Sequential Treatment with Intermittent Low-Dose Human Parathyroid Hormone (1-34) and Bisphosphonate Enhances Large-Size Skeletal Reconstruction by Vascularized Bone Transplantation
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- Hashimoto, T., Shigetomi, M., Ohno, T. et al. Calcif Tissue Int (2007) 81: 232. doi:10.1007/s00223-007-9056-7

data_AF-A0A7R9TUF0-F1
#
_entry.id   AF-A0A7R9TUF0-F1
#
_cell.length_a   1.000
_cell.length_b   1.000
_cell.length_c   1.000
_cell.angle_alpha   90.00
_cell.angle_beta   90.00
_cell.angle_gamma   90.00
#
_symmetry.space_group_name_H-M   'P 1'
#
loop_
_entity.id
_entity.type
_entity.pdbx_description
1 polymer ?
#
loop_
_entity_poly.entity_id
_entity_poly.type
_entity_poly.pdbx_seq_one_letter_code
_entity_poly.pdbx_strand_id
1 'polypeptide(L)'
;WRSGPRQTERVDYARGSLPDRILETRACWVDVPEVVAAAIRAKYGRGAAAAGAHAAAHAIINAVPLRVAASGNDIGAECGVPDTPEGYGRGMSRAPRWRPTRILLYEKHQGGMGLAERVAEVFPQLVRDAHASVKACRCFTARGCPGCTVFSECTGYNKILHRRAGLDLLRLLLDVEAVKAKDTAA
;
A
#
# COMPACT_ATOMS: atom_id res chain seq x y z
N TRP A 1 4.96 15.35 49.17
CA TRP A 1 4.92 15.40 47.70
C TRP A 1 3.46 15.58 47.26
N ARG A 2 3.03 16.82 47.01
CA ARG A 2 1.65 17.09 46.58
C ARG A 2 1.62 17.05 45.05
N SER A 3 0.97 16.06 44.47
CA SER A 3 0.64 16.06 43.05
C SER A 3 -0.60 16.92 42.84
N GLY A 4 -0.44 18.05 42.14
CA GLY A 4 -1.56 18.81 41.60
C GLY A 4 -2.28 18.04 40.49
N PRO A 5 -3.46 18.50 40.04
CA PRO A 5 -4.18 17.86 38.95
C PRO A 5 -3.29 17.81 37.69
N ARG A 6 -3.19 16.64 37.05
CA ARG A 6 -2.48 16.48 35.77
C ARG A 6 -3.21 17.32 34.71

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Vascularized bone transplantation enables reconstruction of large skeletal defects, but this process needs a long time. Since short-term intermittent parathyroid hormone (PTH) enhances rat fracture healing, we investigated the effects of 4-week intermittent low-dose (10 μg/kg/day) or high-dose (100 μg/kg/day) PTH followed by 4-week vehicle, low-dose or high-dose intermittent PTH, or zoledronic acid (ZOL, 2 μg/kg/week), a potent bisphosphonate, on large skeletal reconstruction by vascularized tibial grafting in rats. Compared to 8-week vehicle, 8-week low-dose PTH did not significantly increase the serum osteocalcin level as well as the urinary deoxypyridinoline level, while 4-week low-dose or high-dose PTH followed by 4-week ZOL decreased both of these levels. Eight-week PTH increased the bone mass of the graft and strength of the reconstructed skeleton in a dose-dependent manner; notably, the reconstructed skeleton showed an obviously higher response to PTH compared to the contralateral nonoperated femur. In contrast, 4-week PTH followed by 4-week vehicle reduced these effects and caused local bone loss at the host-graft junctions. Four-week PTH followed by 4-week ZOL did not induce such bone loss; however, 4-week high-dose PTH followed by 4-week ZOL caused a large callus in the distal cortical junction. Four-week PTH followed by 4-week ZOL increased the bone mass and strength similarly to 8-week PTH. These preliminary findings suggest, for the first time, that sequential treatment with short-term intermittent low-dose PTH and bisphosphonate as well as long-term intermittent low-dose PTH treatment enhance large skeletal reconstruction by vascularized bone transplantation, though early timing of sequential antiresorptive treatment could result in delay of bone repair.